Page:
Diageo CEO stands by tax warning

Finding growth in European business
Finding growth in European business

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Finding growth in European business 02:24

Story highlights

  • The Diageo CEO doesn't regret his comments over the UK's tax rate for higher earners
  • Paul Walsh reportedly said the rate for high earners would do long-term damage
  • Diageo is focusing on the high-end market to fuel growth
The CEO of drinks giant Diageo, Paul Walsh, says he does not regret his controversial comments over the UK's tax rate for higher earners.
Late last year it was widely reported in British media that the head of the spirits brand warned the UK's 50% income tax rate for high earners would do long-term damage to the local economy.
"There's a big difference between giving more than you earn to the government around the whole psychology of tax structures," Walsh said. "Fortunately I don't have to sell it, it's just my opinion."
Diageo trades in around 180 markets across the world, employing more than 20,000 people. With 30% of its business stemming from Europe, the company is closely looking at the currently challenging market. "We still have to find a way to grow and there are pockets of growth in Europe," Walsh said.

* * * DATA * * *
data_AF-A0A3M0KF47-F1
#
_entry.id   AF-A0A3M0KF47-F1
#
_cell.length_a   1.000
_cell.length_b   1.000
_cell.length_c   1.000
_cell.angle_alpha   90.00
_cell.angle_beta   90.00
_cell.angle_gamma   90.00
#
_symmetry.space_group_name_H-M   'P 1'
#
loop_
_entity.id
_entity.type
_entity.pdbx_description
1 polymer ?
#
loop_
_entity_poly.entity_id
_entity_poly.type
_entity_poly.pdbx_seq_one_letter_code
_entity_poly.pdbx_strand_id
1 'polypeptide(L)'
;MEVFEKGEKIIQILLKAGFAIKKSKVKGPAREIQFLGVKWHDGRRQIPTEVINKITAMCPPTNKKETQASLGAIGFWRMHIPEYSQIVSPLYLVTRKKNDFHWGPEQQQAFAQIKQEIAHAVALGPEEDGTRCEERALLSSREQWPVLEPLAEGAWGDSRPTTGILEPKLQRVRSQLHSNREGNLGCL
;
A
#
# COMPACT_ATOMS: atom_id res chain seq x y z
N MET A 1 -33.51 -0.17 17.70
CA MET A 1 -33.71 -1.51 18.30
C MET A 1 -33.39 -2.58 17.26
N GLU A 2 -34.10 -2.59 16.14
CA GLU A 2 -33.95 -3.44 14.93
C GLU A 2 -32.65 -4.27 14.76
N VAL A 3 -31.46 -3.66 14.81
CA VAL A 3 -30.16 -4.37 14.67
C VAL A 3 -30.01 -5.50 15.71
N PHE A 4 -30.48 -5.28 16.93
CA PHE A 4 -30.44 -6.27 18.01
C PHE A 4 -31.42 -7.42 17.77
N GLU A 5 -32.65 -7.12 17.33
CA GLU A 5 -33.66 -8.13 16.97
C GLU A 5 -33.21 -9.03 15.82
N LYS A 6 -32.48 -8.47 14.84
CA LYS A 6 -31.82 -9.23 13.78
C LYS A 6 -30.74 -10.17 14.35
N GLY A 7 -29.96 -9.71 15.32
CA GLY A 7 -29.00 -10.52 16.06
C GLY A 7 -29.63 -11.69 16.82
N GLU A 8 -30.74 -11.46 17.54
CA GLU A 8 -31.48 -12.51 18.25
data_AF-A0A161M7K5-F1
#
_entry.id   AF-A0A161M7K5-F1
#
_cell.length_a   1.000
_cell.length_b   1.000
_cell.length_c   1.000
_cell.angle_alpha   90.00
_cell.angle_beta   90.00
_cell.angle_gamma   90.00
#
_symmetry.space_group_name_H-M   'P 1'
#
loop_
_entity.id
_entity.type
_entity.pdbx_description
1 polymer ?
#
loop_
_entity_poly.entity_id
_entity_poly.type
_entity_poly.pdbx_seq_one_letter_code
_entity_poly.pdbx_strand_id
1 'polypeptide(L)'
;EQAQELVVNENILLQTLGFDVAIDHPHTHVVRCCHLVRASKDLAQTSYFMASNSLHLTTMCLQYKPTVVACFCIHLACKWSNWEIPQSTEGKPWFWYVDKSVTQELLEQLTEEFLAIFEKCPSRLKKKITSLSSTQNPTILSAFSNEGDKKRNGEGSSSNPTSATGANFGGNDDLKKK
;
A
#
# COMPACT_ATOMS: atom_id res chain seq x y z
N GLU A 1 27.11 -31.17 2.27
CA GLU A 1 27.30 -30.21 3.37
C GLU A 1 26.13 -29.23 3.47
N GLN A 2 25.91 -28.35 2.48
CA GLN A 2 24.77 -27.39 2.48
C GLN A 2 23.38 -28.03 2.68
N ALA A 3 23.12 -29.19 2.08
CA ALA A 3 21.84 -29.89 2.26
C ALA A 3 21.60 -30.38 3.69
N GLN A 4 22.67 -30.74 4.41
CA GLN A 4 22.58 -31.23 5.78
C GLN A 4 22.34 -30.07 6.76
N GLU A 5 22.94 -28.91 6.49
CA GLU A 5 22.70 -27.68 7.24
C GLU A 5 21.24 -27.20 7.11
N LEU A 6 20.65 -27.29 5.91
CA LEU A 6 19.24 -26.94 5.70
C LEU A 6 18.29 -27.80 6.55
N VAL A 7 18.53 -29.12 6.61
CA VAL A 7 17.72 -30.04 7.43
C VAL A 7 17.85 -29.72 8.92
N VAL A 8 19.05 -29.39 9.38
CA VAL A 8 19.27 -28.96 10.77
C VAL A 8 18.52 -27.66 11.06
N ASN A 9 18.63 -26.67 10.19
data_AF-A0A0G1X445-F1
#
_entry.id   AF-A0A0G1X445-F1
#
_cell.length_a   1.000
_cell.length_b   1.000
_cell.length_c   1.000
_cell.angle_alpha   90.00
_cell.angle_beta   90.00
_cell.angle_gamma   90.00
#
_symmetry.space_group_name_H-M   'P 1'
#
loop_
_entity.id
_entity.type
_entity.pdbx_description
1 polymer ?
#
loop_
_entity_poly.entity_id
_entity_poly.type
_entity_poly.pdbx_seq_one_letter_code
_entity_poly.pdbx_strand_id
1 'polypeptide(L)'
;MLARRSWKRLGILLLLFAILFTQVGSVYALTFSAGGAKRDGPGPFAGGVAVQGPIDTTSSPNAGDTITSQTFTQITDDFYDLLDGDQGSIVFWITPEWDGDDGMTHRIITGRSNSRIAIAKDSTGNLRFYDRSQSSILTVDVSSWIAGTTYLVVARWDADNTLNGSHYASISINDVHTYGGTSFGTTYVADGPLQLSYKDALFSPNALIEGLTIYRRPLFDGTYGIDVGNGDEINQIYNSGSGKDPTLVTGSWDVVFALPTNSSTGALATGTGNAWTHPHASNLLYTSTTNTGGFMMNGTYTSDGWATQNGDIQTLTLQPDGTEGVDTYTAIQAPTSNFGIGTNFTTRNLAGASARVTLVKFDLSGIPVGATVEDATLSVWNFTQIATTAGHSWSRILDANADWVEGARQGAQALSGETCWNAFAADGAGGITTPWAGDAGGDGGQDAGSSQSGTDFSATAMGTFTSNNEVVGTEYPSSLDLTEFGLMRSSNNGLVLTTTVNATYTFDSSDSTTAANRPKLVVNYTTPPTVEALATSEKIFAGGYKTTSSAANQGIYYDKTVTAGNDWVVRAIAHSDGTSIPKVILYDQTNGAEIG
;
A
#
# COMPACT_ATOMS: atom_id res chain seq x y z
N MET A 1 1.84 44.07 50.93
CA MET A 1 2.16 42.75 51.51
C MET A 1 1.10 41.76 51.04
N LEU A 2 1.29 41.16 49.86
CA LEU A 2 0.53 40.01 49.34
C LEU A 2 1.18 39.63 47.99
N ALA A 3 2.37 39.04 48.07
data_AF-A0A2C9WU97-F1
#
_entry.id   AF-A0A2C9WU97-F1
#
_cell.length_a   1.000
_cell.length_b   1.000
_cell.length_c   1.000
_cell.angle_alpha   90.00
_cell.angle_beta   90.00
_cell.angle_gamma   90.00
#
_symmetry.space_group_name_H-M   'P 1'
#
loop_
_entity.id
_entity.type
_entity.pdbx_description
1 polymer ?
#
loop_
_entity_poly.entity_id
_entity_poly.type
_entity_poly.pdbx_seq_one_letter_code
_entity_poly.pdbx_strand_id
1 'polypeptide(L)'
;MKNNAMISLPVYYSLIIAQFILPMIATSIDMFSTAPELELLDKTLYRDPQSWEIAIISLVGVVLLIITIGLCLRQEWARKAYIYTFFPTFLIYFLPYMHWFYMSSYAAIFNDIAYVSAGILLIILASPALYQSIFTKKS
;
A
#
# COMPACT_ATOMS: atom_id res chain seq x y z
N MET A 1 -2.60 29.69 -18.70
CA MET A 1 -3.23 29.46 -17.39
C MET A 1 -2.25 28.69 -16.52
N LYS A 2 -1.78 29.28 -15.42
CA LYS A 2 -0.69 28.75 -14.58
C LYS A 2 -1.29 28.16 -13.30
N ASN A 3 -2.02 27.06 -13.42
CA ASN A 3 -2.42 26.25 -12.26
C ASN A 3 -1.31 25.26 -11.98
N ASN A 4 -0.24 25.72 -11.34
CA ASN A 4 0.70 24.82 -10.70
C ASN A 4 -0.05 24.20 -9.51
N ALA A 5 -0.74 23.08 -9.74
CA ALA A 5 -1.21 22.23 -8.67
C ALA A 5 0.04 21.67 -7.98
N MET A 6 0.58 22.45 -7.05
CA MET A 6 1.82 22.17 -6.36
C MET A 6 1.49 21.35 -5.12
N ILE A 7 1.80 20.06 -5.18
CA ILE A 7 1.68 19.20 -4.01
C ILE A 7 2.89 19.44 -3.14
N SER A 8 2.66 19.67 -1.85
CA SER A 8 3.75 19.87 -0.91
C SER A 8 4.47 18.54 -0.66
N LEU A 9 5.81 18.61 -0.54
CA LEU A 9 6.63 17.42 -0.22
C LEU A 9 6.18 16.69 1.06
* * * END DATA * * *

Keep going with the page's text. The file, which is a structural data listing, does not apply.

Diageo is focusing on the high-end market to fuel this growth. Walsh points to Greece where even in the troubled economy the company's premium products portfolio is still performing well.
"You still have this bifurcation between those who have disposable income and those who do not," Walsh explained. "For those who have, our products are very attractive items." He said Diageo is increasingly investing more behind its higher value added products, such as Johnny Walker Blue.
"We will let the mainstream progressively go to other players," Walsh added. "We are a premium player and therefore we don't really have low-end brands." He believes this is one of the reasons the company has been recession resistant.
For the last decade the company has been devoting more of its business to developing markets in Asia, Africa and Latin America but Walsh insists Europe is still important to Diageo. "We do not give up on Europe," he said.